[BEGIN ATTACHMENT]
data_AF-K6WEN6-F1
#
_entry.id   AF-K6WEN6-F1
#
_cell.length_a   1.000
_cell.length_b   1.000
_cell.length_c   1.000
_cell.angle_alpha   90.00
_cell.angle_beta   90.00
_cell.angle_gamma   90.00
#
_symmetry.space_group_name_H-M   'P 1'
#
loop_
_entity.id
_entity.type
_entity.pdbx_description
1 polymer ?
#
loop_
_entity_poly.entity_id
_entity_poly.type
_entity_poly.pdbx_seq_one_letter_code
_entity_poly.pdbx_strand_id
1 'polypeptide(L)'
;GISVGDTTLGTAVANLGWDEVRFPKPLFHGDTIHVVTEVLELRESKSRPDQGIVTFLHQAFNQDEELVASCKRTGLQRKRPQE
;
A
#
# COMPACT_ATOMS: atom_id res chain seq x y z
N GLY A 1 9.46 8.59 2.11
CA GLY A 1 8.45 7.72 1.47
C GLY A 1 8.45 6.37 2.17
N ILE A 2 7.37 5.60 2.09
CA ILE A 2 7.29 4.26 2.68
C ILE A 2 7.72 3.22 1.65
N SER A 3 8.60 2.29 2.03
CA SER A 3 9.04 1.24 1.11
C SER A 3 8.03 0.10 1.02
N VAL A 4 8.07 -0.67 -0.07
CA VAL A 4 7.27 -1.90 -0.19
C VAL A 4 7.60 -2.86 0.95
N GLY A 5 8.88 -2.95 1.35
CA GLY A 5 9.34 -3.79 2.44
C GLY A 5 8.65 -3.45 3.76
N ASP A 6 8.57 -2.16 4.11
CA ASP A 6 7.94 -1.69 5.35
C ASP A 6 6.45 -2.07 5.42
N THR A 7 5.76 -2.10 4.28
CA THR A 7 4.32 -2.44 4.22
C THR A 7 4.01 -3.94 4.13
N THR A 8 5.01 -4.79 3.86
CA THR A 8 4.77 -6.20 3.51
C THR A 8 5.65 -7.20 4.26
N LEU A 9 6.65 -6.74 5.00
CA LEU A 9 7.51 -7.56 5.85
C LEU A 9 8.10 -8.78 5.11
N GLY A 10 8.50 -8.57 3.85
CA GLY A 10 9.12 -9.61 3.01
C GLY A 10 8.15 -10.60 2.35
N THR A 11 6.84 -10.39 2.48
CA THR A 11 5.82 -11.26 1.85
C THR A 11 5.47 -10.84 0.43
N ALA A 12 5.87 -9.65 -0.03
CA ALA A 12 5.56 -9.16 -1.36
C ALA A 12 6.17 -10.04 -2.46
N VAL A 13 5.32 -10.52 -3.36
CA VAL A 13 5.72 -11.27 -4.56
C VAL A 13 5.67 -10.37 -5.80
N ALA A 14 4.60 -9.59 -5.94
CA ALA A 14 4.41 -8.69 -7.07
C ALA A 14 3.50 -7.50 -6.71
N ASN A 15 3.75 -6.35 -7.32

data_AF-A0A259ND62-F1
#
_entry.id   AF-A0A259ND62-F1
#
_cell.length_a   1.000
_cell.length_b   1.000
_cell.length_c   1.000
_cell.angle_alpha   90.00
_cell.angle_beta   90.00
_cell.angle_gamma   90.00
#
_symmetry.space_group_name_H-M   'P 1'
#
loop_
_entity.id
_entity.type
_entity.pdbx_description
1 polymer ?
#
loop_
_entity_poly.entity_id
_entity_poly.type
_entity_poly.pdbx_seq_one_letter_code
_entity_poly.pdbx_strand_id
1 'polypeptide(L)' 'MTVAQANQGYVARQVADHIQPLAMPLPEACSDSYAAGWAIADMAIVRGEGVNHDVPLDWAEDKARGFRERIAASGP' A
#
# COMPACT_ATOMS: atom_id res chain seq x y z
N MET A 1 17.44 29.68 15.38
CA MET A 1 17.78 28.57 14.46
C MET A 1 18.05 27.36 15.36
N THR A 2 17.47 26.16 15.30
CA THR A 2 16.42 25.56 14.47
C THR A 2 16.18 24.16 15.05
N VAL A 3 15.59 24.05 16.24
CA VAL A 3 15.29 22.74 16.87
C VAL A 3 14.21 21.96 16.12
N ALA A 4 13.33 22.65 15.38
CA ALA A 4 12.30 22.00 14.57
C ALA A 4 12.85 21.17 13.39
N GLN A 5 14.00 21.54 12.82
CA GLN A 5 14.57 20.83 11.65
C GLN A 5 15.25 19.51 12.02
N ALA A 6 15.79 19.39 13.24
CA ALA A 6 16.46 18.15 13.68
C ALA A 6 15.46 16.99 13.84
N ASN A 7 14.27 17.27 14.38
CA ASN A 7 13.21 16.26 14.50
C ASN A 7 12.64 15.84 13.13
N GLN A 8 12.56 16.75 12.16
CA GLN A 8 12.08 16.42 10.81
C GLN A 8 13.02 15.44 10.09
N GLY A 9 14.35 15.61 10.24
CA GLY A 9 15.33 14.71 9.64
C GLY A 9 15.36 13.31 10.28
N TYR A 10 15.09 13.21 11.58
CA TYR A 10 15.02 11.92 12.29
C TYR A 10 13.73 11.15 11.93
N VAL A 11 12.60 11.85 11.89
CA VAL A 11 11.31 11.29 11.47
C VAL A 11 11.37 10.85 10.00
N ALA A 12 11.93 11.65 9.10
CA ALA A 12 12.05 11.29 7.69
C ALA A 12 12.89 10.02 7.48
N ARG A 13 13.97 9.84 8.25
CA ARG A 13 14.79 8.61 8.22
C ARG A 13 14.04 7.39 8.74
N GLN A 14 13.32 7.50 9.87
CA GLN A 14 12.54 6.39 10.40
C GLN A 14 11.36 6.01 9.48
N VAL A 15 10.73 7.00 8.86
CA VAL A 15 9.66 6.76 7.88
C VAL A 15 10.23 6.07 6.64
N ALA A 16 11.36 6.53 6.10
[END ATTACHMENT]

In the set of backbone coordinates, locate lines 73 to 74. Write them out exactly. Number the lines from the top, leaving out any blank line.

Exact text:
N ASN A 15 3.75 -6.35 -7.32

data_AF-A0A259ND62-F1